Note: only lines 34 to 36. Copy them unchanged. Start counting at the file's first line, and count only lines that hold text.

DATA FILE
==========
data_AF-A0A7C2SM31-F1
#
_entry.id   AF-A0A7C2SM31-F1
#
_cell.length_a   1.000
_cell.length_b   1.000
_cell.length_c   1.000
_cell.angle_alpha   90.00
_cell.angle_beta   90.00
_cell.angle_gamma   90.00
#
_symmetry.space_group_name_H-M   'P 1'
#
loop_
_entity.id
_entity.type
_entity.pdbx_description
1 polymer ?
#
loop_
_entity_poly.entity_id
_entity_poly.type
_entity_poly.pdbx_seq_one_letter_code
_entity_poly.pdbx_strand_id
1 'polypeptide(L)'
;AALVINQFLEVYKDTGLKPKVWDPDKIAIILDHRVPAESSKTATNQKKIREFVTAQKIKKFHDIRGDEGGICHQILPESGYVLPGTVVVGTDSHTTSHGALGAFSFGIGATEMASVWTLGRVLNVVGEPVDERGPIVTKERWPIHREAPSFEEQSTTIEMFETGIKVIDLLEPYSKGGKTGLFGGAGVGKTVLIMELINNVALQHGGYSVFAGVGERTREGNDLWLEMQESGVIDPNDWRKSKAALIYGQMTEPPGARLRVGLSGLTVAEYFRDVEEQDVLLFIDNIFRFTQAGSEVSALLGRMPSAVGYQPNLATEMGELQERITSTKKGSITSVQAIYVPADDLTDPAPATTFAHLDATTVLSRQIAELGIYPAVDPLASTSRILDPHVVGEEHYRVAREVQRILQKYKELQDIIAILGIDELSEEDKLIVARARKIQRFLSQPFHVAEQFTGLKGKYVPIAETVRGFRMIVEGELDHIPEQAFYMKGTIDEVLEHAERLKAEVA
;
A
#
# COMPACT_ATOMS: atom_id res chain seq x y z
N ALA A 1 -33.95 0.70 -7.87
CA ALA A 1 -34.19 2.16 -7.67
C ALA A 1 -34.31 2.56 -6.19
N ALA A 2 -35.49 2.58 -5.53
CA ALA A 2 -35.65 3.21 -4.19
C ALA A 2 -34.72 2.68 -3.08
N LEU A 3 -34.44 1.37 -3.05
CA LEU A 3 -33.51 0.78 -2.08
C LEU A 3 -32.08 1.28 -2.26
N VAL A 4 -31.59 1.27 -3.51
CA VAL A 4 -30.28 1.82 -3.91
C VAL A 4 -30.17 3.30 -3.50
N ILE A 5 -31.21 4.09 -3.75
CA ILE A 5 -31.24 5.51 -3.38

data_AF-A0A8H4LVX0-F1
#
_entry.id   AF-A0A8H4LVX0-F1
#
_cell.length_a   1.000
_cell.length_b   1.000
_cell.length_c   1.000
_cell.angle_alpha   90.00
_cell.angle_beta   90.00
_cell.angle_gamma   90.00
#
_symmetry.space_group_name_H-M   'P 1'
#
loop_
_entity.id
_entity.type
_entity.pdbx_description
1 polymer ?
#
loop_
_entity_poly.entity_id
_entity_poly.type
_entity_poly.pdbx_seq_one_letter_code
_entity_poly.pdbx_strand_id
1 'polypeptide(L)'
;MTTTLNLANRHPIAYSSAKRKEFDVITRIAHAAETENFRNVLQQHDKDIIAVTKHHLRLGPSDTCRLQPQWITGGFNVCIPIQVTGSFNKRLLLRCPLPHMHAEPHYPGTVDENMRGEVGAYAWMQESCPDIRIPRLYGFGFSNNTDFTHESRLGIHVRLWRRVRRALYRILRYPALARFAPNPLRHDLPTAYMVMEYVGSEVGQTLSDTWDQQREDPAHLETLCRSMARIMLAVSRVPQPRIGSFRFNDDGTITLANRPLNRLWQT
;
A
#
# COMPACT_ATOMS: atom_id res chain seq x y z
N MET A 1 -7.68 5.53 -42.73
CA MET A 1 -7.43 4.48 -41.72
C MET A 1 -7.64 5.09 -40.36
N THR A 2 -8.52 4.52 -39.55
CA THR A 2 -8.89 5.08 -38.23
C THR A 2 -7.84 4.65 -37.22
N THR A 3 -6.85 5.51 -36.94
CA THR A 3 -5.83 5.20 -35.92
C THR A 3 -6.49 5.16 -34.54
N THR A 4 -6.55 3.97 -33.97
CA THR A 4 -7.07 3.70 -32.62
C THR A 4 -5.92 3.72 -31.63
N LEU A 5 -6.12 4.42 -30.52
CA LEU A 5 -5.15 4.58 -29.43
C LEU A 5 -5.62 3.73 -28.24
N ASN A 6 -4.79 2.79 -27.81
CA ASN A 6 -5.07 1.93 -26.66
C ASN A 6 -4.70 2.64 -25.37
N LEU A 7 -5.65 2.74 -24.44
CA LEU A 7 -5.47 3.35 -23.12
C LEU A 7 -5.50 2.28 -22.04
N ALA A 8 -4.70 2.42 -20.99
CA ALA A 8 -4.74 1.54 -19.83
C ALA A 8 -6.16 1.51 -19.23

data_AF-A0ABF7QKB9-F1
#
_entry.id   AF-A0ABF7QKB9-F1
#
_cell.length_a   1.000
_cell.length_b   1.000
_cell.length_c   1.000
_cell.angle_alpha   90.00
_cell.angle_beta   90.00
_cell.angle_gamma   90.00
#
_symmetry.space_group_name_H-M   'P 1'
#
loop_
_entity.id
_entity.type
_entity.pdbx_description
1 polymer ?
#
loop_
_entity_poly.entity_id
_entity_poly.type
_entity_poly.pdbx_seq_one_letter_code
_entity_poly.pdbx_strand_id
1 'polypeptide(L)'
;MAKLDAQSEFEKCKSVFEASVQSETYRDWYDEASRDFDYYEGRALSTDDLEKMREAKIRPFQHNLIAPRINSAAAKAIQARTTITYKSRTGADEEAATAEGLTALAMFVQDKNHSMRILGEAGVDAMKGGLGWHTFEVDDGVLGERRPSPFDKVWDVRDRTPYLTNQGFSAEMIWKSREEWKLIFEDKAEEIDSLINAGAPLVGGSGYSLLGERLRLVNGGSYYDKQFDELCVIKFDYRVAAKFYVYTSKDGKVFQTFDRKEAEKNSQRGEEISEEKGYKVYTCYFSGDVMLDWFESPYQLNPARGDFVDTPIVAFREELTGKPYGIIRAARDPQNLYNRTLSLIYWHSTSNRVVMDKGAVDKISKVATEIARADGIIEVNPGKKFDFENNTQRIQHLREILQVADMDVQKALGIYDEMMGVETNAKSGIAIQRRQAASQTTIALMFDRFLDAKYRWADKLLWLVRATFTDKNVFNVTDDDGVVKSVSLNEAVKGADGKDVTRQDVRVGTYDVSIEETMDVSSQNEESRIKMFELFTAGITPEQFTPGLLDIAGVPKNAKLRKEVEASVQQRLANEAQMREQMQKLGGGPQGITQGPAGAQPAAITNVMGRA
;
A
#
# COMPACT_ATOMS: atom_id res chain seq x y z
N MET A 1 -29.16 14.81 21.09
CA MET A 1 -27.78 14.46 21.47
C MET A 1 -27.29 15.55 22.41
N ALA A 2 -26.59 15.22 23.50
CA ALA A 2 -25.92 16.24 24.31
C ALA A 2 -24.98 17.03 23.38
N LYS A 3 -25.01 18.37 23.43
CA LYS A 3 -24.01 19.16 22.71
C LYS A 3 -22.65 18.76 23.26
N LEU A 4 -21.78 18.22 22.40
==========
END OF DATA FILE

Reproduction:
N ALA A 2 -35.49 2.58 -5.53
CA ALA A 2 -35.65 3.21 -4.19
C ALA A 2 -34.72 2.68 -3.08